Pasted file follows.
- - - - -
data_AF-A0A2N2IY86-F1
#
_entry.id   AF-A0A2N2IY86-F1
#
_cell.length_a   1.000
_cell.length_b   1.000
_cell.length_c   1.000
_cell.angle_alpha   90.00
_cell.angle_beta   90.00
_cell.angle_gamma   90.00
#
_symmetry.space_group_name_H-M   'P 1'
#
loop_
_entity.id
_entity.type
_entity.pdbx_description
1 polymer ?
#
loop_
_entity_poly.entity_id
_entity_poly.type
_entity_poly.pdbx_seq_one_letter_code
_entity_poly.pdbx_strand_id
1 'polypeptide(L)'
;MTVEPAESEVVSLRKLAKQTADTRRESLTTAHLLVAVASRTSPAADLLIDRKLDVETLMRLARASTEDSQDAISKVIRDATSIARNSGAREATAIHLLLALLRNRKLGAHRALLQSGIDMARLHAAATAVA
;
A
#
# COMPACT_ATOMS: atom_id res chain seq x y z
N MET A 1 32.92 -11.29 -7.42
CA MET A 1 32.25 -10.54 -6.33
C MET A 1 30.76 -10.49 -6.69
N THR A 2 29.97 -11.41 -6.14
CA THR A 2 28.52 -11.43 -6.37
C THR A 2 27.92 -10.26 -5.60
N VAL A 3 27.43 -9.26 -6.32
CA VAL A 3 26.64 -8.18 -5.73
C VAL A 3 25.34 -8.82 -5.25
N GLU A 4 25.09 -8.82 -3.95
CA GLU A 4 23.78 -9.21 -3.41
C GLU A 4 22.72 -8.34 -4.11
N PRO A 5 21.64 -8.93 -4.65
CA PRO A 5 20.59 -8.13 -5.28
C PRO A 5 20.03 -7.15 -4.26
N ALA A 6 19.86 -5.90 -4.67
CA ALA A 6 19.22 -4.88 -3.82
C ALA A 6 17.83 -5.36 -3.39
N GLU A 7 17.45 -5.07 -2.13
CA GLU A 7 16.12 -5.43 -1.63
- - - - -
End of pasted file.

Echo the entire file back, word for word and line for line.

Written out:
data_AF-A0A2N2IY86-F1
#
_entry.id   AF-A0A2N2IY86-F1
#
_cell.length_a   1.000
_cell.length_b   1.000
_cell.length_c   1.000
_cell.angle_alpha   90.00
_cell.angle_beta   90.00
_cell.angle_gamma   90.00
#
_symmetry.space_group_name_H-M   'P 1'
#
loop_
_entity.id
_entity.type
_entity.pdbx_description
1 polymer ?
#
loop_
_entity_poly.entity_id
_entity_poly.type
_entity_poly.pdbx_seq_one_letter_code
_entity_poly.pdbx_strand_id
1 'polypeptide(L)'
;MTVEPAESEVVSLRKLAKQTADTRRESLTTAHLLVAVASRTSPAADLLIDRKLDVETLMRLARASTEDSQDAISKVIRDATSIARNSGAREATAIHLLLALLRNRKLGAHRALLQSGIDMARLHAAATAVA
;
A
#
# COMPACT_ATOMS: atom_id res chain seq x y z
N MET A 1 32.92 -11.29 -7.42
CA MET A 1 32.25 -10.54 -6.33
C MET A 1 30.76 -10.49 -6.69
N THR A 2 29.97 -11.41 -6.14
CA THR A 2 28.52 -11.43 -6.37
C THR A 2 27.92 -10.26 -5.60
N VAL A 3 27.43 -9.26 -6.32
CA VAL A 3 26.64 -8.18 -5.73
C VAL A 3 25.34 -8.82 -5.25
N GLU A 4 25.09 -8.82 -3.95
CA GLU A 4 23.78 -9.21 -3.41
C GLU A 4 22.72 -8.34 -4.11
N PRO A 5 21.64 -8.93 -4.65
CA PRO A 5 20.59 -8.13 -5.28
C PRO A 5 20.03 -7.15 -4.26
N ALA A 6 19.86 -5.90 -4.67
CA ALA A 6 19.22 -4.88 -3.82
C ALA A 6 17.83 -5.36 -3.39
N GLU A 7 17.45 -5.07 -2.13
CA GLU A 7 16.12 -5.43 -1.63